A 62-YEAR-OLD patient was diagnosed with stage 1 breast cancer. After careful clinical examination, followed by an MRI, it was seen that she had a tumour of 1.5cm in the left breast without any swollen lymph nodes in the armpit. In consultation with the tumour board and medical physicist, it was decided that they could be managed with perioperative brachytherapy.
Brachytherapy, a form of radiation therapy, treats the patient from within. It has proven to be precise and effective in the management of cancer associated with the head and neck, breast, skin, prostate, cervix, rectum and uterus.
It is a tailored approach to provide precise radiation to the cancer tissues and it minimises damage to the healthy tissue around it.
The patient and caregivers were advised about the treatment benefits and demerits, and consent was obtained. The patient underwent a lumpectomy and, in the same sitting, plastic catheters were placed in and around the tumour bed. Simulation and planning for brachytherapy were done on the third day; from the following day, the plastic catheters were connected to a brachytherapy machine and radiation was delivered twice a day for five days. Other radiotherapy techniques require about five weeks.
Planning brachytherapy includes a careful clinical examination to understand (1) the size and location of the tumour and its correlation with the surrounding tissue (2) diagnostic measures to get a 3D picture of the tumour (3) strategy and approach to access and put applicators that are in the form of plastic catheters or tubes and (4) selection and placement of the radioactive material and dose calculations.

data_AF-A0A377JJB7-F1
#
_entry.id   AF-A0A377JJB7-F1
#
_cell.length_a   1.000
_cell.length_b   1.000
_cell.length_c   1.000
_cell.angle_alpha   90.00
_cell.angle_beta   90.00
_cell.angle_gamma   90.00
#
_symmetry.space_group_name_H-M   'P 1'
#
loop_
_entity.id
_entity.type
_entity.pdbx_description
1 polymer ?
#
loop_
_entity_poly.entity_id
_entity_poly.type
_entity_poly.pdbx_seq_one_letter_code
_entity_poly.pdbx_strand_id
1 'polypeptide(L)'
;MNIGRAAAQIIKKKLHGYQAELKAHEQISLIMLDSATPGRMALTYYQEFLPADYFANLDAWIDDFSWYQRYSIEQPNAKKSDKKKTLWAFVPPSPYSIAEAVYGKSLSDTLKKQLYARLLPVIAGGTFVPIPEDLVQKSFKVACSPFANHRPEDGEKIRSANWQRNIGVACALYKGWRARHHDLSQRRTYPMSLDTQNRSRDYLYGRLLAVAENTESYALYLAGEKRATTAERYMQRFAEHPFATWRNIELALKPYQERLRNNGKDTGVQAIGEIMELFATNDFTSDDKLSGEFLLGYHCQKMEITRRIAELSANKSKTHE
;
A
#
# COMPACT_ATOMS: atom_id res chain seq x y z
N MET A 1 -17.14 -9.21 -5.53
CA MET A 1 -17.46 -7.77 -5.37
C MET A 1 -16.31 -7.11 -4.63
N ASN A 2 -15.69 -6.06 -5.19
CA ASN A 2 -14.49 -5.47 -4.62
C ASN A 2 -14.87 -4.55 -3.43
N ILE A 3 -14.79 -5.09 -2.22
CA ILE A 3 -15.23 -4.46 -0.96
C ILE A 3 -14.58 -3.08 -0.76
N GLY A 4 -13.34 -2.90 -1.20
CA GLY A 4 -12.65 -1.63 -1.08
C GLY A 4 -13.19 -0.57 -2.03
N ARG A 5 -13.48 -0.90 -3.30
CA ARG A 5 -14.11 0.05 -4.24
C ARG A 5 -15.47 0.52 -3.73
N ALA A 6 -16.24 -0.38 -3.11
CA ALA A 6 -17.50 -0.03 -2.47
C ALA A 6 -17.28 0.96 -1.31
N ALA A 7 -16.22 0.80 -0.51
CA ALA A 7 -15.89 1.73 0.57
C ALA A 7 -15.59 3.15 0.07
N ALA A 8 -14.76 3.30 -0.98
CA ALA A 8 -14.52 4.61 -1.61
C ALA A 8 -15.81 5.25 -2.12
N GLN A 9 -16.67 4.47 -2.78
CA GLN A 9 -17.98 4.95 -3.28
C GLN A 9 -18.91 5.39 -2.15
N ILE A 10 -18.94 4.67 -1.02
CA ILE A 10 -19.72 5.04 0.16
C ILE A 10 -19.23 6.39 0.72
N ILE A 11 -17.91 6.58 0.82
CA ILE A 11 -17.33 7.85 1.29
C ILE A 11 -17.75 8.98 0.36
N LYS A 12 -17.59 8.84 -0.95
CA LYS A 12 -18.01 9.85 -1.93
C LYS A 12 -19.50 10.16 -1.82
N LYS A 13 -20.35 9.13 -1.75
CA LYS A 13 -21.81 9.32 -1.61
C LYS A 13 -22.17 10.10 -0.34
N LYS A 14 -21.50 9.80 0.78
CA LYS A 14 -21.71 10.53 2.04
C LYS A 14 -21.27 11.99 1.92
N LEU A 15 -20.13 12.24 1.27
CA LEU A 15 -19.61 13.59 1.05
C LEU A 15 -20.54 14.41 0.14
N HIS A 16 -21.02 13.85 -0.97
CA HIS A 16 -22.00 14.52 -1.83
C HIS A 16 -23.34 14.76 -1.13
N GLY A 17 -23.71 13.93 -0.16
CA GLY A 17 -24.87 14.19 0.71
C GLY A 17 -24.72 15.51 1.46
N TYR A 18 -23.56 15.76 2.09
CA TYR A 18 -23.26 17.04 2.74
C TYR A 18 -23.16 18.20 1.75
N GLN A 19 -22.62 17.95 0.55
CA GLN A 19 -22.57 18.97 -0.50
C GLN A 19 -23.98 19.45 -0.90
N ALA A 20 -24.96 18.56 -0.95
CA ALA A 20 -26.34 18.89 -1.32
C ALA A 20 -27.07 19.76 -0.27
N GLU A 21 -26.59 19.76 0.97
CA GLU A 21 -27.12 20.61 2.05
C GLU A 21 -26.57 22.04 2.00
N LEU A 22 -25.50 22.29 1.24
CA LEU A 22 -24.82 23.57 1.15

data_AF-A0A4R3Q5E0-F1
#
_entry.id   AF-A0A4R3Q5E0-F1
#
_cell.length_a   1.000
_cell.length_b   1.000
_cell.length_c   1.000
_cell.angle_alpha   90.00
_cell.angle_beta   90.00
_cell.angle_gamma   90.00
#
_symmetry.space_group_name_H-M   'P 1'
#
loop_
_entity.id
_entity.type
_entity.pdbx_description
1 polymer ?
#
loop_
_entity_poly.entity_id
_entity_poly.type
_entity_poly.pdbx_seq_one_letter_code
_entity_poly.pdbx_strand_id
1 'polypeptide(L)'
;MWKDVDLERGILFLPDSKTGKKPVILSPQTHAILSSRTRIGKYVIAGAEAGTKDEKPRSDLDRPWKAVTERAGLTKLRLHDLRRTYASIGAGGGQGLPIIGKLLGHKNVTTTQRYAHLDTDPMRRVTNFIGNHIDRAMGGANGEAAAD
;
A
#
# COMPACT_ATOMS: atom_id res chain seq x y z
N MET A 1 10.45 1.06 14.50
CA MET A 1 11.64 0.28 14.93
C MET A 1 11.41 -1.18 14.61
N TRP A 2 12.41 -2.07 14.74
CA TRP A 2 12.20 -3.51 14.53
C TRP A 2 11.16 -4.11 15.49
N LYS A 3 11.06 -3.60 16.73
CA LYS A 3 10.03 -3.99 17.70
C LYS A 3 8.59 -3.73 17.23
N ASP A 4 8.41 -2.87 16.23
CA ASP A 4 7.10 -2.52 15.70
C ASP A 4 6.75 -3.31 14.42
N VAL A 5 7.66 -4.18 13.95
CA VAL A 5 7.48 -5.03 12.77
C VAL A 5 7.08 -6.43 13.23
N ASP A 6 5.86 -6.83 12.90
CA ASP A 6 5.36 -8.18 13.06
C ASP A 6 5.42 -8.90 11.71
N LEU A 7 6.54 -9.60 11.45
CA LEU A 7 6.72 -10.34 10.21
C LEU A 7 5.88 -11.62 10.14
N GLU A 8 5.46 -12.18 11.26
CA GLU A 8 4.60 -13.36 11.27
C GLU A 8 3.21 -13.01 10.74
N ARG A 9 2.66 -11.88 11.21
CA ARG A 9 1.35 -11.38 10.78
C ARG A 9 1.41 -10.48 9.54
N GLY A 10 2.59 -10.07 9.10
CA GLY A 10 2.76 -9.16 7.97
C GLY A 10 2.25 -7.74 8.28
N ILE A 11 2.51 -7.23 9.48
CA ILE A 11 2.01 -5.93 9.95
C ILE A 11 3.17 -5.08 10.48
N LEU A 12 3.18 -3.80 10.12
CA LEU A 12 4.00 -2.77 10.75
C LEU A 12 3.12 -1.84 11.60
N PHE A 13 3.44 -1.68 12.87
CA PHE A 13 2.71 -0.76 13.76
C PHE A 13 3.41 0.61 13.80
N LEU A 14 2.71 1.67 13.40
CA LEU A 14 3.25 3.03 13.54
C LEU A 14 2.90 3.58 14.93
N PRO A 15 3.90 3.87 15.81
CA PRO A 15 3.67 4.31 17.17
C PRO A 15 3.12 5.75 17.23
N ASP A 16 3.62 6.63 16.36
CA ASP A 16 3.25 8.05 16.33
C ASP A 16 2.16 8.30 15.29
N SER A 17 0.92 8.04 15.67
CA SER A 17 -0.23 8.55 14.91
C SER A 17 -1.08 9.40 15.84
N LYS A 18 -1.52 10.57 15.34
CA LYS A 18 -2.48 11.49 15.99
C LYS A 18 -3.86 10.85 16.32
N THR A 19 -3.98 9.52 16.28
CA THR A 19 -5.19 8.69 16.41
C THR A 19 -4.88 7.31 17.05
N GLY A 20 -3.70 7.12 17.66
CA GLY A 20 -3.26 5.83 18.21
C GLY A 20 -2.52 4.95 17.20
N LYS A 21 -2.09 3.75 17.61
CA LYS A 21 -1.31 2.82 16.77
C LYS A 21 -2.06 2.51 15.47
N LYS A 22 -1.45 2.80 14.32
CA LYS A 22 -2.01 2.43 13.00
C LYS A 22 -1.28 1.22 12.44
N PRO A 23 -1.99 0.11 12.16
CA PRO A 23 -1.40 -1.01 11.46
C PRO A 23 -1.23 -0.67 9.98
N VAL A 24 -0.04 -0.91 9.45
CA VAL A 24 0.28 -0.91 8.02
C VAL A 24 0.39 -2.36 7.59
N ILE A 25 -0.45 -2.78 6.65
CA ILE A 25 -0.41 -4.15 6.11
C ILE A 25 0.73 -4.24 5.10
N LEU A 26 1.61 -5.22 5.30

Some of the patient benefits include short treatment cycles and faster recovery time, and they might not even require hospitalisation.
For an oncologist, saving as many patients and their families from cancer is a life goal. Experience has shown that cancer not only affects the patient, but also the family. Therefore, management of cancer has to be done not only with a focused multimodal approach that includes radiotherapy, chemotherapy, and surgery, but also with a psychological support system for patient and family.
The 2020 WHO ranking on cancer burden placed India third in terms of new cases every year. Latest data from the National Cancer Registry Programme of the Indian Council of Medical Research shows around 14.6 lakh patients in 2022; this is estimated to go up to 15 lakh by 2025. There is a chance that the actual patient load could be 1.5 to 3 times higher than this. This number shows the immediate need to provide the best holistic care in cancer management.
With technology providers and doctors coming together, more clinicians are getting trained in brachytherapy. Hospitals with access to the right equipment and training provide better clinical outcomes for patients. Such measures will collectively support the fight against cancer.
The writer is former dean, AIIMS Rishikesh.